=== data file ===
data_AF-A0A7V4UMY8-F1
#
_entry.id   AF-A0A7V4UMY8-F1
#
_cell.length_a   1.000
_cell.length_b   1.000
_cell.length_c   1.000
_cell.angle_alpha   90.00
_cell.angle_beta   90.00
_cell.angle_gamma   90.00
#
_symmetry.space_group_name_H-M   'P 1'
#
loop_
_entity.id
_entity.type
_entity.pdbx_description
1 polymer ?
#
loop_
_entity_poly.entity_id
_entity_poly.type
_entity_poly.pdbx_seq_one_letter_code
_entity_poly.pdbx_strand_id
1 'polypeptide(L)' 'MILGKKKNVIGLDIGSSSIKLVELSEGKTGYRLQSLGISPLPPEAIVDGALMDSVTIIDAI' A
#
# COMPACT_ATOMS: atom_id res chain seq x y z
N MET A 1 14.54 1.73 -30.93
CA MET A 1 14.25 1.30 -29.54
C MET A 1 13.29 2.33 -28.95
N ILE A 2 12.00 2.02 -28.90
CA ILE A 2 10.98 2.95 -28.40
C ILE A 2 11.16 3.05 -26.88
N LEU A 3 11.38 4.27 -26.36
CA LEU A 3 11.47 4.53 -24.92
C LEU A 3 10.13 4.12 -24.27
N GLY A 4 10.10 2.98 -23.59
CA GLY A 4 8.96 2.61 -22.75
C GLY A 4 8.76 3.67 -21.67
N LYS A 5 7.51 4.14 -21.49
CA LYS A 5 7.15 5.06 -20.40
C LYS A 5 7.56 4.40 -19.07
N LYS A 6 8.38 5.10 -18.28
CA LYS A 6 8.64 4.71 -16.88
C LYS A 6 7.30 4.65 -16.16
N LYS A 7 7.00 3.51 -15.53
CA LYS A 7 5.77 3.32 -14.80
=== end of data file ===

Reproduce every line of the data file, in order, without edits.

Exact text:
data_AF-A0A7V4UMY8-F1
#
_entry.id   AF-A0A7V4UMY8-F1
#
_cell.length_a   1.000
_cell.length_b   1.000
_cell.length_c   1.000
_cell.angle_alpha   90.00
_cell.angle_beta   90.00
_cell.angle_gamma   90.00
#
_symmetry.space_group_name_H-M   'P 1'
#
loop_
_entity.id
_entity.type
_entity.pdbx_description
1 polymer ?
#
loop_
_entity_poly.entity_id
_entity_poly.type
_entity_poly.pdbx_seq_one_letter_code
_entity_poly.pdbx_strand_id
1 'polypeptide(L)' 'MILGKKKNVIGLDIGSSSIKLVELSEGKTGYRLQSLGISPLPPEAIVDGALMDSVTIIDAI' A
#
# COMPACT_ATOMS: atom_id res chain seq x y z
N MET A 1 14.54 1.73 -30.93
CA MET A 1 14.25 1.30 -29.54
C MET A 1 13.29 2.33 -28.95
N ILE A 2 12.00 2.02 -28.90
CA ILE A 2 10.98 2.95 -28.40
C ILE A 2 11.16 3.05 -26.88
N LEU A 3 11.38 4.27 -26.36
CA LEU A 3 11.47 4.53 -24.92
C LEU A 3 10.13 4.12 -24.27
N GLY A 4 10.10 2.98 -23.59
CA GLY A 4 8.96 2.61 -22.75
C GLY A 4 8.76 3.67 -21.67
N LYS A 5 7.51 4.14 -21.49
CA LYS A 5 7.15 5.06 -20.40
C LYS A 5 7.56 4.40 -19.07
N LYS A 6 8.38 5.10 -18.28
CA LYS A 6 8.64 4.71 -16.88
C LYS A 6 7.30 4.65 -16.16
N LYS A 7 7.00 3.51 -15.53
CA LYS A 7 5.77 3.32 -14.80